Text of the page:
Las Vegas Sun

May 24, 2017

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Court sides with fired pilot who claimed state plane was operated unsafely

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NDOT

The state Department of Transportation looked into complaints by a former state pilot of safety lapses involving Nevada’s Cessna Citation, shown in 2006.

The Nevada Supreme Court ruled in favor of a former Transportation Department pilot who said he was unjustly fired for raising red flags about the operation of the state plane.

Jim Richardson, of Carson City, said the Nevada Department of Transportation fired him in 2008 for blowing the whistle on unsafe operation of the state’s 10-seat Cessna Citation. The plane landed with only minutes of fuel left a number of times, took off overweight and was operated by a 14-year-old boy under the direction of the former chief pilot.

Some of these incidents happened while transporting top officials, including former Gov. Jim Gibbons.

Richardson lawyer, Jeff Blanck, said he expects Richardson to be reinstated as a pilot and receive 3 ½ years back pay, almost $250,000.

The state has maintained that Richardson was fired for not immediately reporting an incident, when an intern “over-revved” the plane’s engine.

Richardson admitted he made a mistake, but said the punishment was too harsh. In appealing his firing, Richardson argued that former Chief Pilot Gary Phillips had been merely demoted for the more serious safety violations.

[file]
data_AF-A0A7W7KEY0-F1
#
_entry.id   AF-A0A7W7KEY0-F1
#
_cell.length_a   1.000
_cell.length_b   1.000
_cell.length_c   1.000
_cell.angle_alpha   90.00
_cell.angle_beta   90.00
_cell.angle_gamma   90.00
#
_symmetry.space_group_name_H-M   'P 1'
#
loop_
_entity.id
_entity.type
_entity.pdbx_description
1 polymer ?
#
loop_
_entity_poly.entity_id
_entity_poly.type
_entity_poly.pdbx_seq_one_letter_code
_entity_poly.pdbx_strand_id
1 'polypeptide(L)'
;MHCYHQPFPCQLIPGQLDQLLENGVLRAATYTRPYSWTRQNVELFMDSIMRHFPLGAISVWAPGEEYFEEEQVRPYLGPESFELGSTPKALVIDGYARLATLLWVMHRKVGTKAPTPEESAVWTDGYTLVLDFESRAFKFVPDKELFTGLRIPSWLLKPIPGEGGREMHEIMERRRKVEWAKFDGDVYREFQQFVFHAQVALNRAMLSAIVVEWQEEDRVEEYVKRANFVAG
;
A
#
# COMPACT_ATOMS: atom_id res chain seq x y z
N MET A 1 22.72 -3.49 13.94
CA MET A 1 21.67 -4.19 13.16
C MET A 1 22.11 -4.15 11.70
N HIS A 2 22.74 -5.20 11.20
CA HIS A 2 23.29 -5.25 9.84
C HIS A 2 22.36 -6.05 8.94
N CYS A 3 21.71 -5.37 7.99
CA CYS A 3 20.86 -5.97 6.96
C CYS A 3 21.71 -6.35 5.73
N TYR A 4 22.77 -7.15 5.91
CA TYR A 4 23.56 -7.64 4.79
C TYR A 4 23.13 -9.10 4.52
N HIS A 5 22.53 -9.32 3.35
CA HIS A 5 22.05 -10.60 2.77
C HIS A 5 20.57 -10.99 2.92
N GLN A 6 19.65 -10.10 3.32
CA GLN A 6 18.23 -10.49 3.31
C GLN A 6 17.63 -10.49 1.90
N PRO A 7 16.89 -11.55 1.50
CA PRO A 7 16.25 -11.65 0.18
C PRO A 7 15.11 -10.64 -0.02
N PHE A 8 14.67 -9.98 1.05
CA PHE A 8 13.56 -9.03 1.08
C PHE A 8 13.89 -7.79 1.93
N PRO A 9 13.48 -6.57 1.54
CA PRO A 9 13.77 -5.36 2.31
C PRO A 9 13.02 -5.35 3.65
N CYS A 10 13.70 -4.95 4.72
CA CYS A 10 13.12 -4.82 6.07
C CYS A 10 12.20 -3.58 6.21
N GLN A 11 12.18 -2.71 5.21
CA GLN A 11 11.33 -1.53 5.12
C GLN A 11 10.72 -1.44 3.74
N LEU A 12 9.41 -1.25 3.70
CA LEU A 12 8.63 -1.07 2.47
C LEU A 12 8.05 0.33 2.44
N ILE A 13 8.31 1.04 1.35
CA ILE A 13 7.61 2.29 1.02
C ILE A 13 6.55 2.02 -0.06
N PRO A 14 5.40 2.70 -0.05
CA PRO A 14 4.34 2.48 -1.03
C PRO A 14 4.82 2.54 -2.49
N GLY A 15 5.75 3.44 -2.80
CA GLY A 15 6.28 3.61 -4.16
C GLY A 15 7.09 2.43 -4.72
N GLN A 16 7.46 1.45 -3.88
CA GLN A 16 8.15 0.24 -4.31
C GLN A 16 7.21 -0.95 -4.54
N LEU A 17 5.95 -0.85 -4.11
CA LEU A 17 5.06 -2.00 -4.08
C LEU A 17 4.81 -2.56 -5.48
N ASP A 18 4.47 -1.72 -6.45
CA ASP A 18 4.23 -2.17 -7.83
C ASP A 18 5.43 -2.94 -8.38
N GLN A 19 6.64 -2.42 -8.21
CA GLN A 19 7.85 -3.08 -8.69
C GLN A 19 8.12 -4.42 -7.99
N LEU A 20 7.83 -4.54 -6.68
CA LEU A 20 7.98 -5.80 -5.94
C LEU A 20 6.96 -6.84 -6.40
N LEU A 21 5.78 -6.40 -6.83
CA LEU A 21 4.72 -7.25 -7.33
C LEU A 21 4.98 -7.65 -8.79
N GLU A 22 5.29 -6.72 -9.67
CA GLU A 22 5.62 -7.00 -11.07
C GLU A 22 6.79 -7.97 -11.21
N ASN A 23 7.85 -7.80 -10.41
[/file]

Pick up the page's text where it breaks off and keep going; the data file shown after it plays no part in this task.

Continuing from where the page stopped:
NDOT said it was still pursuing its legal options. “We don’t agree with this judgment, and we are working with the Attorney General’s office and evaluating how to proceed,” according to a statement.

Richardson’s reinstatement “is supported by substantial evidence and is not arbitrary or capricious in any way,” according to the three-member decision. The order reversed District Court Judge Todd Russell’s ruling in 2009, which had found in favor of NDOT and allowed Richardson to be fired.

The case was remanded back to Russell.

The union that represents state workers had held up Richardson’s case as evidence that state workers need collective bargaining rights, a goal of state public employees for decades. After the administrative hearing officer said NDOT had to rehire Richardson, the department put him to work carrying 120-pound bags of rock, Richardson said, before the administrative judge clarified his decision that he had to be rehired as a pilot.

When Russell overturned that decision, it made the union’s case much less sympathetic.

“This was a blatant attempt by NDOT to retaliate against Mr. Richardson,” said Neil Lake, president of AFSCME Local 4041, which represents state workers.

Richardson, in an interview, said he was looking forward to getting back to work for the state.

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